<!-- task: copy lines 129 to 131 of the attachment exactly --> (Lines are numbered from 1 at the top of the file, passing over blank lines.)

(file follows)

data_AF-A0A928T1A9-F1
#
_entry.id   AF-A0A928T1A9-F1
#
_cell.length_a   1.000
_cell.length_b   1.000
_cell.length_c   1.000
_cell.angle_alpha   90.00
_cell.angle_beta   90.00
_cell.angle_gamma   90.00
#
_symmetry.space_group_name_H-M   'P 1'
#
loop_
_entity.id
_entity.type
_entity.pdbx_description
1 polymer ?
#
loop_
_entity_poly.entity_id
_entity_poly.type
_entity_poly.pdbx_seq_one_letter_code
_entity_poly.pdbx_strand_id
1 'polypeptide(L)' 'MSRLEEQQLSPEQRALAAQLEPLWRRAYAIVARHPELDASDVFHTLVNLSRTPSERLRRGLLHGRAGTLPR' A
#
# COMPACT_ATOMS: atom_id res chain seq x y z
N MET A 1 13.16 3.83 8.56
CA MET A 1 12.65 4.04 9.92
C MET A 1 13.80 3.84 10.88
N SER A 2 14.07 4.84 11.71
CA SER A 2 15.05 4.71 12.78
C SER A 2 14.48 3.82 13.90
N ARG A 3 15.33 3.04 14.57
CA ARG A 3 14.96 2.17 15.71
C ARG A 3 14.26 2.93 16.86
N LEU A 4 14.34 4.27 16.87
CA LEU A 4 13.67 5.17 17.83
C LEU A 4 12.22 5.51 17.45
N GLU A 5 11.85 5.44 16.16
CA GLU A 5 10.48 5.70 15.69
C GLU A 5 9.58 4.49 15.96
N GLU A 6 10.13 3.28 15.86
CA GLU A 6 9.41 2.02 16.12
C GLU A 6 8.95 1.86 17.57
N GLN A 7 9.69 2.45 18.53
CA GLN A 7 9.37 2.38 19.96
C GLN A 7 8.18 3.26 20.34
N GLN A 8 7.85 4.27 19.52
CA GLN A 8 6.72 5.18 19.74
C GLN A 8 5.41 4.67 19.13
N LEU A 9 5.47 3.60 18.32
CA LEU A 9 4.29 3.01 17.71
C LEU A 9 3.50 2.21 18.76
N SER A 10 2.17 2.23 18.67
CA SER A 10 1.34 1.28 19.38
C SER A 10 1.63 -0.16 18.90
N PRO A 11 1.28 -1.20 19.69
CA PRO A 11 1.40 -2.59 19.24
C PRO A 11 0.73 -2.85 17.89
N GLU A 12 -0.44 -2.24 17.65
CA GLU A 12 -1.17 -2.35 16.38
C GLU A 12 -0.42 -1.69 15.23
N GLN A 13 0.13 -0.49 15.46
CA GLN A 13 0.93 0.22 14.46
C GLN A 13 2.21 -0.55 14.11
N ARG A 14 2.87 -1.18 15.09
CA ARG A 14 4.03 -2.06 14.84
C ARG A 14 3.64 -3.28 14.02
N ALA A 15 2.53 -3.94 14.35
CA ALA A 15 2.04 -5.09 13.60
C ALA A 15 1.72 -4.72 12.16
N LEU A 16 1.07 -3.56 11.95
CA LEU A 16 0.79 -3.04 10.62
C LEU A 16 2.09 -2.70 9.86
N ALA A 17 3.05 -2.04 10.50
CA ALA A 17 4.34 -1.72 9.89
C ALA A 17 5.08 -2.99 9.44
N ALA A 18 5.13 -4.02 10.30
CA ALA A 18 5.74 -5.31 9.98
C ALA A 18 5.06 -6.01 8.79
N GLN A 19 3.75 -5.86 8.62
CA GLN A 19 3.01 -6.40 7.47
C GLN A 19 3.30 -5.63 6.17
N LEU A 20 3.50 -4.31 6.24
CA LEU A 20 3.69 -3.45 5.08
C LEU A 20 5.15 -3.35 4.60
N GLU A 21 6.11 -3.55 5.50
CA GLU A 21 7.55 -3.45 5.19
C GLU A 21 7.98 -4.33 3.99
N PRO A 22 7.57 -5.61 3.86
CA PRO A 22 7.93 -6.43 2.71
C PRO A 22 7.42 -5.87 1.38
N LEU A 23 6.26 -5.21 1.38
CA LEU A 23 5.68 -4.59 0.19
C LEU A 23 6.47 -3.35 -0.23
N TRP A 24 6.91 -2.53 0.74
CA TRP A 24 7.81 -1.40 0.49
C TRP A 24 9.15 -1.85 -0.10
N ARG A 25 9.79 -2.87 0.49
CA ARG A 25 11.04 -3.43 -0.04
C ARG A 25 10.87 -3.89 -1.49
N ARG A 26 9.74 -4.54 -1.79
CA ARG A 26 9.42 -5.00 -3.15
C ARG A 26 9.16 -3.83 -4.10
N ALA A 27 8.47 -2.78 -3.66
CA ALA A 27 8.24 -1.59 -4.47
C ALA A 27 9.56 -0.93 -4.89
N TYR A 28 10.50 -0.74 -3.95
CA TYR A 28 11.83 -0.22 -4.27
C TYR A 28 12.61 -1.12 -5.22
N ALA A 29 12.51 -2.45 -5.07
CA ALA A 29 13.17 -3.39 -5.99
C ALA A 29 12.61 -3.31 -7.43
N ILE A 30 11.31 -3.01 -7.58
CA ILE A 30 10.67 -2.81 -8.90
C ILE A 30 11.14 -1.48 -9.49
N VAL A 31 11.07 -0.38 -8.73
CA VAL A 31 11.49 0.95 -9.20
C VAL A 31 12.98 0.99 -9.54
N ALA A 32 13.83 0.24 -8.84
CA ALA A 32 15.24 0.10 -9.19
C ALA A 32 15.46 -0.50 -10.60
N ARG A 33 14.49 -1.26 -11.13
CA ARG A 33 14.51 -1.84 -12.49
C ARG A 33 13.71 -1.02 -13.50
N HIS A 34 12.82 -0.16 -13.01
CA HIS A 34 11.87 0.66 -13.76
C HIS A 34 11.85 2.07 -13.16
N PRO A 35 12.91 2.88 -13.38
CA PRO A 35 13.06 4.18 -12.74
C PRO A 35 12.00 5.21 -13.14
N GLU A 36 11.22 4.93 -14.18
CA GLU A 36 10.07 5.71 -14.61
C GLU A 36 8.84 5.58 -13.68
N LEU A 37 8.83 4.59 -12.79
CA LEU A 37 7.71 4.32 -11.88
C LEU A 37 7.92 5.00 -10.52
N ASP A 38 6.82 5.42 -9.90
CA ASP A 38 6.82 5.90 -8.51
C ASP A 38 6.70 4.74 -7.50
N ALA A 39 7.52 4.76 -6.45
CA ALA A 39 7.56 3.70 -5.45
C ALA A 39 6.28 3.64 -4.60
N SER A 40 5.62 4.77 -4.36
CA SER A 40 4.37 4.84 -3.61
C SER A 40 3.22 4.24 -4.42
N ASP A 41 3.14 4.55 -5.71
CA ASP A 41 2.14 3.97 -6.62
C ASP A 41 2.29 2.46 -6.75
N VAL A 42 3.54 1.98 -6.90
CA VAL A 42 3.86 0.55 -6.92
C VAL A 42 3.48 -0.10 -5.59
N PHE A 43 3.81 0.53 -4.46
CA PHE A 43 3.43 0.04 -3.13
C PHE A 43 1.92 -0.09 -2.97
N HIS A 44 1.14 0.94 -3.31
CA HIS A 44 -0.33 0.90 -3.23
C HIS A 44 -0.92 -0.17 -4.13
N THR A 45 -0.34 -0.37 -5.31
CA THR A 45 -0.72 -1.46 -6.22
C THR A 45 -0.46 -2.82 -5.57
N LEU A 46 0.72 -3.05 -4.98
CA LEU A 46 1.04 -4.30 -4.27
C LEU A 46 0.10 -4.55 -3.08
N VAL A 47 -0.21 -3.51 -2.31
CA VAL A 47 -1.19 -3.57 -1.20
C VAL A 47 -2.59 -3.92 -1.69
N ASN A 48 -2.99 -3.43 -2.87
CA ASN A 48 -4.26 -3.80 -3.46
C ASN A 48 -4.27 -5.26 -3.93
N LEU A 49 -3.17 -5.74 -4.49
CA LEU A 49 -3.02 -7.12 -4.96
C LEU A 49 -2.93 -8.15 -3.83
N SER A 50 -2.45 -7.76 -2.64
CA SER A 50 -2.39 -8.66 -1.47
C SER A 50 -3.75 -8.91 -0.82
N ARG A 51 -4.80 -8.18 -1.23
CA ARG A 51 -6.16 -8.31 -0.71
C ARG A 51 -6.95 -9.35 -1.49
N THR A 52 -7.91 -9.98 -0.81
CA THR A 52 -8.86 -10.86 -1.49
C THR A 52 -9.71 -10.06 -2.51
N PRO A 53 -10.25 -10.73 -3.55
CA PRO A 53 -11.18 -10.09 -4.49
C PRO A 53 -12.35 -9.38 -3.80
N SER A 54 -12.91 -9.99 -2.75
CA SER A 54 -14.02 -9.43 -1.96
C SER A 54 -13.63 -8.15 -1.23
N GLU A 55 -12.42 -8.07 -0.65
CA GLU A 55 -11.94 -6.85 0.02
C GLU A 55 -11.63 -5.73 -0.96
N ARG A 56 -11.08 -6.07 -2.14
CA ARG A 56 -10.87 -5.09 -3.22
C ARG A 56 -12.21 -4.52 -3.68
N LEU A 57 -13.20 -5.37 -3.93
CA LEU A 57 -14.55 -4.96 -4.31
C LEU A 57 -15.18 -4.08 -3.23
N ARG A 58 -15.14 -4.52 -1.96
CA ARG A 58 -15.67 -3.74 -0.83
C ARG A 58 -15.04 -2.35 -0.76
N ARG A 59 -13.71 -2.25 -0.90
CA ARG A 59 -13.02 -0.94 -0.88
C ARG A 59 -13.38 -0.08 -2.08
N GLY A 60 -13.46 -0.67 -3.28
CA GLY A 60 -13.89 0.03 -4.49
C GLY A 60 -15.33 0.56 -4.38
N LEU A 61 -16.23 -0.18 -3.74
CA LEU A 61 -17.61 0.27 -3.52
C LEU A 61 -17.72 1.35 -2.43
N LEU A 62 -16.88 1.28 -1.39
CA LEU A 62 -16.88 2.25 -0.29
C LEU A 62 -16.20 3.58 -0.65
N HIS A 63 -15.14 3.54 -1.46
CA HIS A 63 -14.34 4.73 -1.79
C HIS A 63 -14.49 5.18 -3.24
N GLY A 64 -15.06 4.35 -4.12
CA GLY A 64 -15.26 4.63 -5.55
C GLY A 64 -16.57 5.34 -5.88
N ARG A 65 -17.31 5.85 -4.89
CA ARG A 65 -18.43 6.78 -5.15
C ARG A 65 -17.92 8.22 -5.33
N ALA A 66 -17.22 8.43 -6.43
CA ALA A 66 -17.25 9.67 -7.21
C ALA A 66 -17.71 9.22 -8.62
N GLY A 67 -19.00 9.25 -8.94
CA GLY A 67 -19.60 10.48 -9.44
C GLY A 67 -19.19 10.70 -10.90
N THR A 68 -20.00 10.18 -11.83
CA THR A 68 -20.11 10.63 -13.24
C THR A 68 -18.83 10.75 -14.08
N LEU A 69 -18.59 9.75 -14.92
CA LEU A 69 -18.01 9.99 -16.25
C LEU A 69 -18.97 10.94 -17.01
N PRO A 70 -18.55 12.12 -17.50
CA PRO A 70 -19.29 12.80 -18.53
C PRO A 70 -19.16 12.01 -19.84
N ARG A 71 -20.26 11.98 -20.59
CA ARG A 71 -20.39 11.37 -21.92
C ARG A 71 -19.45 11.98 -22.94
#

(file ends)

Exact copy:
C HIS A 34 11.85 2.07 -13.16
N PRO A 35 12.91 2.88 -13.38
CA PRO A 35 13.06 4.18 -12.74